With apologies for cross-posting…
I thought it might be worth mentioning here something that has come to light as a result of some work I’m doing in Ireland at the moment.
The Irish are in the throes of some major restructuring of their public library service. One aspect of the work is the acquisition of an LMS for the entire public library service. The tender evaluation process is currently underway so I have to tread carefully around anything relating to any aspect of the procurement. However there is a parallel project underway in which I also have some involvement pertaining to the recent announcements that Ireland is planning to follow Denmark’s example and create “Open Libraries” (http://www.irishtimes.com/news/consumer/self-service-libraries-to-allow-night-time-checkouts-1.1640032)....
At present there is, so far as I am aware, no plan to allow borrowing and return of items on a national scale - but a question arose a couple of days ago which could have wider implications if not addressed at an early stage. I wrote a short blog yesterday to explain my concern in more detail for those with an appetite for such things (http://wp.me/p13Nlt-hi) but I thought it might be worth briefly mentioning it here as well.
It concerns the inclusion of ownership information on RFID tags encoded with the international standard for data – ISO 28560. Many libraries now mandate this standard in ITTs and RFPs (probably because Mark Hughes and I wrote the guidelines that way!) but it seems that despite this mandate some suppliers – and some librarians - may be suggesting that this is unnecessary.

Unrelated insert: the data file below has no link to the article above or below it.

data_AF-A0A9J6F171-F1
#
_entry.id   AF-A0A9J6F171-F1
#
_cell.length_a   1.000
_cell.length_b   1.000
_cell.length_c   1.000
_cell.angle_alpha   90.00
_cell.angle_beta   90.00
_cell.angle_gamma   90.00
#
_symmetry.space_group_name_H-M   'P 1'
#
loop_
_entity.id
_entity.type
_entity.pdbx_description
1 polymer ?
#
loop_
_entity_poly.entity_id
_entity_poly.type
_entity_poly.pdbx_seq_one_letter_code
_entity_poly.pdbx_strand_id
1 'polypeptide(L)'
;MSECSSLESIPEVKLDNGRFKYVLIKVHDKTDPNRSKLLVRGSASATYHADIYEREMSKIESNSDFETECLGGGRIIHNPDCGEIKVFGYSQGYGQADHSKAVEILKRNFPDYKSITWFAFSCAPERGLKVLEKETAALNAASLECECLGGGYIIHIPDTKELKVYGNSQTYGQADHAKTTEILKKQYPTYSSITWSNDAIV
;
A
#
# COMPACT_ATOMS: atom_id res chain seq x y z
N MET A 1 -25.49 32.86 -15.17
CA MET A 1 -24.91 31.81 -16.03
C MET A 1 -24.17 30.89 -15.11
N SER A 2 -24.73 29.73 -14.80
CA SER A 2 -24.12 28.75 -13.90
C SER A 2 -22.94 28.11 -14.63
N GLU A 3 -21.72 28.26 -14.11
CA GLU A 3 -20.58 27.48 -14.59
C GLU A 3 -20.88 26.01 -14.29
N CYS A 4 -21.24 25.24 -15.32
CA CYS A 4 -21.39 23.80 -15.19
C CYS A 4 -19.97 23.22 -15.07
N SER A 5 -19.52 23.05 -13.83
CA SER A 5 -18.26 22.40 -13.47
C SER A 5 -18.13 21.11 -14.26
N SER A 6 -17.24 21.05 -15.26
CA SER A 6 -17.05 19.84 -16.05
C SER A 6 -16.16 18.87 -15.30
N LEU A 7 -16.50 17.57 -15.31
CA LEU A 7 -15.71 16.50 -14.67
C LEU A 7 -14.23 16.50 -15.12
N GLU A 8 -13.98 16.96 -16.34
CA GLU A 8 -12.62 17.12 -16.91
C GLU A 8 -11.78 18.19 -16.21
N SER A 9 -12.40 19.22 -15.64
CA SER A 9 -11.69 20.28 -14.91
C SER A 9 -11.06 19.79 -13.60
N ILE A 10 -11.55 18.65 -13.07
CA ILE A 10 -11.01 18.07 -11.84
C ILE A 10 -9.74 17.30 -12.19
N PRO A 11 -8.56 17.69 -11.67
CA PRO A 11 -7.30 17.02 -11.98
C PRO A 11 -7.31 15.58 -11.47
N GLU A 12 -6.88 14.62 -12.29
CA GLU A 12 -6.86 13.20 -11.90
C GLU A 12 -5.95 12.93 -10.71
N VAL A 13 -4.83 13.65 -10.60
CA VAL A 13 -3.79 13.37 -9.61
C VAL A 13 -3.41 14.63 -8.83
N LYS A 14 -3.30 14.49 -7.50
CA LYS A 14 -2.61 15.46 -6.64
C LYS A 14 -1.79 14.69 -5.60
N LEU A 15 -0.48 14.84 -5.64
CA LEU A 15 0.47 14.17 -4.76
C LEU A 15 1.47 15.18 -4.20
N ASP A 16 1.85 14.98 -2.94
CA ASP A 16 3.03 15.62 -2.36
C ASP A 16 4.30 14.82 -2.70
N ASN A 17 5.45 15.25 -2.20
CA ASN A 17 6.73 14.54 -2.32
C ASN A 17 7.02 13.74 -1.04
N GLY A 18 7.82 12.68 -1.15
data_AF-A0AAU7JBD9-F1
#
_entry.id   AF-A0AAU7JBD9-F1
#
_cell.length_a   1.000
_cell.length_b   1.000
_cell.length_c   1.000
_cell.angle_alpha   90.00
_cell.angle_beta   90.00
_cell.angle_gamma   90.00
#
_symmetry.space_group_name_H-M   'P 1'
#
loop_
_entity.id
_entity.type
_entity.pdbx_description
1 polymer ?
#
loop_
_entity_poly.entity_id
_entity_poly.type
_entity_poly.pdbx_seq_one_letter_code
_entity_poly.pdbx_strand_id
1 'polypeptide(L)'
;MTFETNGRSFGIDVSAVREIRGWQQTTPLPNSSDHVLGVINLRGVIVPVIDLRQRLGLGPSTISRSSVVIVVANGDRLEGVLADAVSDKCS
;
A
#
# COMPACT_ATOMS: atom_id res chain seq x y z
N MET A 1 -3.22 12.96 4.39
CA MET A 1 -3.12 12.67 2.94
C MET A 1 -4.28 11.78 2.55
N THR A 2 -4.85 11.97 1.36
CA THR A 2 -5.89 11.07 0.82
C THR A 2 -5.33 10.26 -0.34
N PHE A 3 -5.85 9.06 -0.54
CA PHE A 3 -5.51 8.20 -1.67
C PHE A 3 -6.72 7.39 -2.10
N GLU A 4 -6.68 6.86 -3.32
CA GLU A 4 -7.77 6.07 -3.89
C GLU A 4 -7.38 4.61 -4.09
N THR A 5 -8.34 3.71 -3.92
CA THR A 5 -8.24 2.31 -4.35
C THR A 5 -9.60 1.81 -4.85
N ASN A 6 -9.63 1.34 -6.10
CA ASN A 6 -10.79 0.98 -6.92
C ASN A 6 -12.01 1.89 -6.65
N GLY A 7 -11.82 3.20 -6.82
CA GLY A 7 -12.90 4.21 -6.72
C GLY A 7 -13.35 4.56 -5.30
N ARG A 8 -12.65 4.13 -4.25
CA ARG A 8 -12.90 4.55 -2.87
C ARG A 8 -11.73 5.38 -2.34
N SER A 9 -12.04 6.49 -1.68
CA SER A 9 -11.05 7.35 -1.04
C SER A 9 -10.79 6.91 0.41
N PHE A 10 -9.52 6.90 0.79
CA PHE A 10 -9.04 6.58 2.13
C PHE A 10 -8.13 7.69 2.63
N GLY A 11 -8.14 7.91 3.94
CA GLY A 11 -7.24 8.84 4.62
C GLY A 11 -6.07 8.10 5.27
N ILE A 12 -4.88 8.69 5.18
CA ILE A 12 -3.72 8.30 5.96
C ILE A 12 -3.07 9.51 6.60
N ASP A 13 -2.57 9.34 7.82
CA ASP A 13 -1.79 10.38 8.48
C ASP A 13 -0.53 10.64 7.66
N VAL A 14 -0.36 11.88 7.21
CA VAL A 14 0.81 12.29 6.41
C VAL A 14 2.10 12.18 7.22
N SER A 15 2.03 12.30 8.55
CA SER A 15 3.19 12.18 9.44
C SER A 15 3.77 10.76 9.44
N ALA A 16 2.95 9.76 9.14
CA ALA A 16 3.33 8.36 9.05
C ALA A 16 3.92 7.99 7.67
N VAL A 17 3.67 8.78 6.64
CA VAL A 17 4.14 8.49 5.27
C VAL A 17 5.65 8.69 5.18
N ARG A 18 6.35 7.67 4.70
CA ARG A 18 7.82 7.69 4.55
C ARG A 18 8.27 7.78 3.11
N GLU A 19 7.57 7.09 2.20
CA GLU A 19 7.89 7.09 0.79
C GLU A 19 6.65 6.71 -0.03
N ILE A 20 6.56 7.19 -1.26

Now in Denmark readers can, for example, pick up a book in Copenhagen and return it in Silkeborg. They are also using self-service to make it possible to do this when library branches are unstaffed.
In part this enterprise is supported by using RFID tags to carry information about items that can be read without the need to connect to an LMS. One of the elements is information about the owning library. In the 28560 data standard this information is carried as an ISIL code*.
Now whilst I can understand that, since we don’t yet have a truly national public library service in the UK we don’t need to have an ownership element on our RFID tags but supposing we did – or if we simply wanted to run more efficient ILL schemes - this information could be very valuable indeed. And it costs nothing to add since 28560 allocates space for the data anyway.
And something that concerns me even more is that the library in question seems to have been unaware that its ownership data wasn’t already present on their tags. Their tender had requested full compliance with ISO 28560-2 after all…
So, if RFID features in your plans at all please consider adding the ISIL data – it may save a great deal of time, money and pain later on. And make sure you get what you pay for!
* Not all countries have an agency to issue such codes (the UK’s is here) so libraries registered with OCLC may use that code instead. Many countries – including the UK – base their coding on the MARC Organisation Code so there is at least the possibility of finding a quick and simple way to uniquely identify any item in circulation in a country.
CEO Library RFID Ltd.
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